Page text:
Dips and their variations can be quite a difficult maneuver to master.
You’d most likely incorporate them into your routine after gaining a bit of strength in your chest and triceps as you are using your body weight for resistance in these movements.
Variations of these exercises can be considered to be more on the advanced side as primarily you’re stimulating 2/3 muscle groups as well as using a lot of stabilizer muscles, too.
We’re going to delve into the nuances between chest dips vs tricep dips and give you some information to help make the decision about which version will be the most beneficial to you.
What Are Chest Dips?
Chest dips are a great movement that stimulates the entirety of the chest in more of an unconventional way when compared to a bench press or a dumbbell fly.
No matter what variation of dips you perform on a dip bar; you’ll be stimulating the chest and the triceps – because of this, it can be considered to be a compound movement.
Related – Dips vs bench press
Just like with any other exercise, it’s important to perform slow and controlled reps as it can be very easy to add unnecessary stress to your anterior (front) deltoids as well as your elbows.
With a chest dip it’s important to be flaring out the elbows; which can be confusing to hear; as we often hear the advice to reduce the flaring of your elbows when performing pushing movements.
You’re also focusing on your feet being behind your body which subsequently pushes your torso forward as a slight counterbalance.
Which Muscles Do Chest Dips Train?
The clue is in the name with this one – chest dips primarily train the pectoralis major and pectoralis minor muscles.
The pectoralis major is the large muscle belly that stretches from the shoulder joint to your sternum, whereas the pectoralis minor muscle lies underneath this and connects our shoulder to our chest.
There is secondary stimulation applied to the shoulders and triceps, too.
Due to the focus on leaning forward and keeping your feet behind your torso, you are adding greater stimulation to the chest and anterior deltoids whilst lightening the load on the triceps.
The triceps are stimulated but on a slightly lesser scale as the majority of the stress is targeted on your chest; they’re mainly being used to support pushing up and stabilizing your body as you move through the exercise – but you’ll still most likely feel a burn.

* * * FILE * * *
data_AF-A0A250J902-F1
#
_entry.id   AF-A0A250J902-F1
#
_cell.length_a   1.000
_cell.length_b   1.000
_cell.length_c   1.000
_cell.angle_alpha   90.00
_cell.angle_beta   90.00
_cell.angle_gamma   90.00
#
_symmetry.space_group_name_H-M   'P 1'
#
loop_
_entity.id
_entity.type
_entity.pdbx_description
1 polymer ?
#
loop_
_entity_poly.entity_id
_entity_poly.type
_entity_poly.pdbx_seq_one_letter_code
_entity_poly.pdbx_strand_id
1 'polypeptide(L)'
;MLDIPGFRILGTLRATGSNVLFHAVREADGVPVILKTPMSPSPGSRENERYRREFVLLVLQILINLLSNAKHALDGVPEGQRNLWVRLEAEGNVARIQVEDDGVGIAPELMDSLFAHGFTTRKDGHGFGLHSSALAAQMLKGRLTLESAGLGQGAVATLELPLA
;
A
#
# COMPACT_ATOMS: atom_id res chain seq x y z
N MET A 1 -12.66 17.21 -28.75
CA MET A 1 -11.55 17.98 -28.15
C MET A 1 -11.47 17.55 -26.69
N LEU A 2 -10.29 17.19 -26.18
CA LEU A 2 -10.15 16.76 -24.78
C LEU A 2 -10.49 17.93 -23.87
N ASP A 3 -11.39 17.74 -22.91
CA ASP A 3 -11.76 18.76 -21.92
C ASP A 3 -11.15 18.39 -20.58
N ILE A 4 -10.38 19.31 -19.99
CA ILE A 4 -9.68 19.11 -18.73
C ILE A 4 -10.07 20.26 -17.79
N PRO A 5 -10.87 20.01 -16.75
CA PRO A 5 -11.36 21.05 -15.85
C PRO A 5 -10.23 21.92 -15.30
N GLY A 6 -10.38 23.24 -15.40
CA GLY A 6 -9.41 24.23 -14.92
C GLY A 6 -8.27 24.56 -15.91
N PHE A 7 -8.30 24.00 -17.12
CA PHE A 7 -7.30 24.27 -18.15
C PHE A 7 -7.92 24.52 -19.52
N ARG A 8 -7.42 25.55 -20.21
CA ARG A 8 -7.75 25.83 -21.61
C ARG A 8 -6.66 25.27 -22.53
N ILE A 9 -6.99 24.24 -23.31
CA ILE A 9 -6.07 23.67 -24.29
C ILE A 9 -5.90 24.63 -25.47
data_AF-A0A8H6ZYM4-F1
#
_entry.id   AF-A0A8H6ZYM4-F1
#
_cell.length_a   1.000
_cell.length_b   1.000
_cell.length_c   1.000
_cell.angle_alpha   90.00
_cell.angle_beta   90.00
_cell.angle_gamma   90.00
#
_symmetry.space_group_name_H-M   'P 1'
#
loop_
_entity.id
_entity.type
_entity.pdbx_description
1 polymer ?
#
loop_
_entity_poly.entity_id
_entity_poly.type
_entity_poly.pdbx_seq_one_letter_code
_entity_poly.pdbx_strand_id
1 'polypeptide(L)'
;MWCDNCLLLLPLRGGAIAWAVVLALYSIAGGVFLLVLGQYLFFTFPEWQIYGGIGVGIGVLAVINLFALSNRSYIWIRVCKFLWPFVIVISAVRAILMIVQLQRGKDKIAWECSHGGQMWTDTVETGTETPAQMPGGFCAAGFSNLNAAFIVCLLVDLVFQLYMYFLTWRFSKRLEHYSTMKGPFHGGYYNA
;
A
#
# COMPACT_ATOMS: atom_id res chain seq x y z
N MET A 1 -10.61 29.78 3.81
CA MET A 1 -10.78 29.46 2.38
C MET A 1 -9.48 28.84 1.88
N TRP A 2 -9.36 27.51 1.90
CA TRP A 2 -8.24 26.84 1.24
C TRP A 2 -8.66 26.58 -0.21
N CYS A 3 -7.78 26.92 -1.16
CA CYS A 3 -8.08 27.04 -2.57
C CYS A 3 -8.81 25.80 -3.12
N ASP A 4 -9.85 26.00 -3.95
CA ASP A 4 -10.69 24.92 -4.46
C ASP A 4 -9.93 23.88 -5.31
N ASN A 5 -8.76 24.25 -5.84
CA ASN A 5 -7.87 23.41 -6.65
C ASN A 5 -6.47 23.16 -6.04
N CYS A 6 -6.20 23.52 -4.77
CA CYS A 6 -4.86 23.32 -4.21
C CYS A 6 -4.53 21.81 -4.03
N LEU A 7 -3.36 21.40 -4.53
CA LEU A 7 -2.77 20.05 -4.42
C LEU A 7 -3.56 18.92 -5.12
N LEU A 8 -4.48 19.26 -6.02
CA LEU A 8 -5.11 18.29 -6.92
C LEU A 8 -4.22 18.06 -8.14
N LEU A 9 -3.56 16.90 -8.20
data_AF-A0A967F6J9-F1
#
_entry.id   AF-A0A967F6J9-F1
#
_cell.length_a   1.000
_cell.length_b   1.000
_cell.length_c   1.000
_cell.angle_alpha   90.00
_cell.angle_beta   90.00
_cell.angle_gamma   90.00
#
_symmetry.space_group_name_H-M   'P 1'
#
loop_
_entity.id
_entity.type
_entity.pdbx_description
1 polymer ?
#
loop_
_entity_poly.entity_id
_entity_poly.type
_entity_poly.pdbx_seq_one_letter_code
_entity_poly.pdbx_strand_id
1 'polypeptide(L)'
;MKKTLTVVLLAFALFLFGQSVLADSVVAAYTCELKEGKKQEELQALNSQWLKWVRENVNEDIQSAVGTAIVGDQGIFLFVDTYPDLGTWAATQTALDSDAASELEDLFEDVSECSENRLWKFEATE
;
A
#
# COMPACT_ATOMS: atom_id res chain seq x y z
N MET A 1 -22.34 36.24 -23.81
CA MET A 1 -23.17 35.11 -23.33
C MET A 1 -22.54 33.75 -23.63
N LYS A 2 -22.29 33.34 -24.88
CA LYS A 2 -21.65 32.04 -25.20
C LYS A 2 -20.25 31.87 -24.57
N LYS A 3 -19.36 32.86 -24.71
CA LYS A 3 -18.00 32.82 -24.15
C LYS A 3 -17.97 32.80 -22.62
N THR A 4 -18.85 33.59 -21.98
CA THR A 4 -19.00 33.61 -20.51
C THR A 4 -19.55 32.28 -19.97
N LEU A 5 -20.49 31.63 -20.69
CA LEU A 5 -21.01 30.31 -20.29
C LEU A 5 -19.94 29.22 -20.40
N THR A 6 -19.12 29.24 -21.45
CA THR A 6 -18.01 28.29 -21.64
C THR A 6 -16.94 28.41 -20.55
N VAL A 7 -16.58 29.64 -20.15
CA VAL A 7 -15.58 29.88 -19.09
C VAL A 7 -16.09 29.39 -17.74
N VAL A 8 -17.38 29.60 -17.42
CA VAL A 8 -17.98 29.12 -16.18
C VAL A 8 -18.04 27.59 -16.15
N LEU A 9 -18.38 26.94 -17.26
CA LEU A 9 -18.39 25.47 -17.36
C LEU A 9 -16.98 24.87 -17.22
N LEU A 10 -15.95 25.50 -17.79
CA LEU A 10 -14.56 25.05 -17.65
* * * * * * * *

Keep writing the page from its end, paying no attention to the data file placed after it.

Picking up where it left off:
You also incorporate your abs back and glutes as these are used to stabilize your body when performing the movement. This is why it’s a lot more challenging to perform chest dips in comparison to tricep dips.
What Are Tricep Dips?
Tricep dips are usually performed on the edge of a bench – they’re a great introduction to the dip movement in itself and a great base to work with before progressing to a dip bar, it’s easy to manipulate the difficulty of this movement when we’re talking about the amount of resistance you want to apply to your triceps.
It all depends on how far or close you have your feet to the bench. The further your feet are away from the bench, the harder the exercise will be as your triceps have to support more of your body weight.
While chest dips focus on your elbows flaring out; with tricep dips you want to keep your elbows tucked into your torso – this ensures that more tension is on the triceps as well as reducing any potential stress that may be applied to the shoulders and elbows.
If this exercise is performed incorrectly, it can cause a lot of pain in your shoulders – so if you’re feeling pain when performing this movement then maybe a form check is in order.
What Muscles Do Tricep Dips Train?
Just like how chest dips primarily focus on the chest – tricep dips primarily focus on the triceps.
Whilst you’re still going to activate your chest and shoulders throughout this move, the stimulation to these muscle groups isn’t as much. Partly because of keeping your elbows tucked in.
This movement can often be overlooked when in reality it does a great job of hitting all 3 heads of the tricep.
You mainly stimulate the lateral and long head of the tricep and then when at the top of the movement the medial head kicks into gear. Most tricep exercises tend to focus on specific heads of the tricep whereas with dips you’re getting a good amount of stimulation to all 3 heads.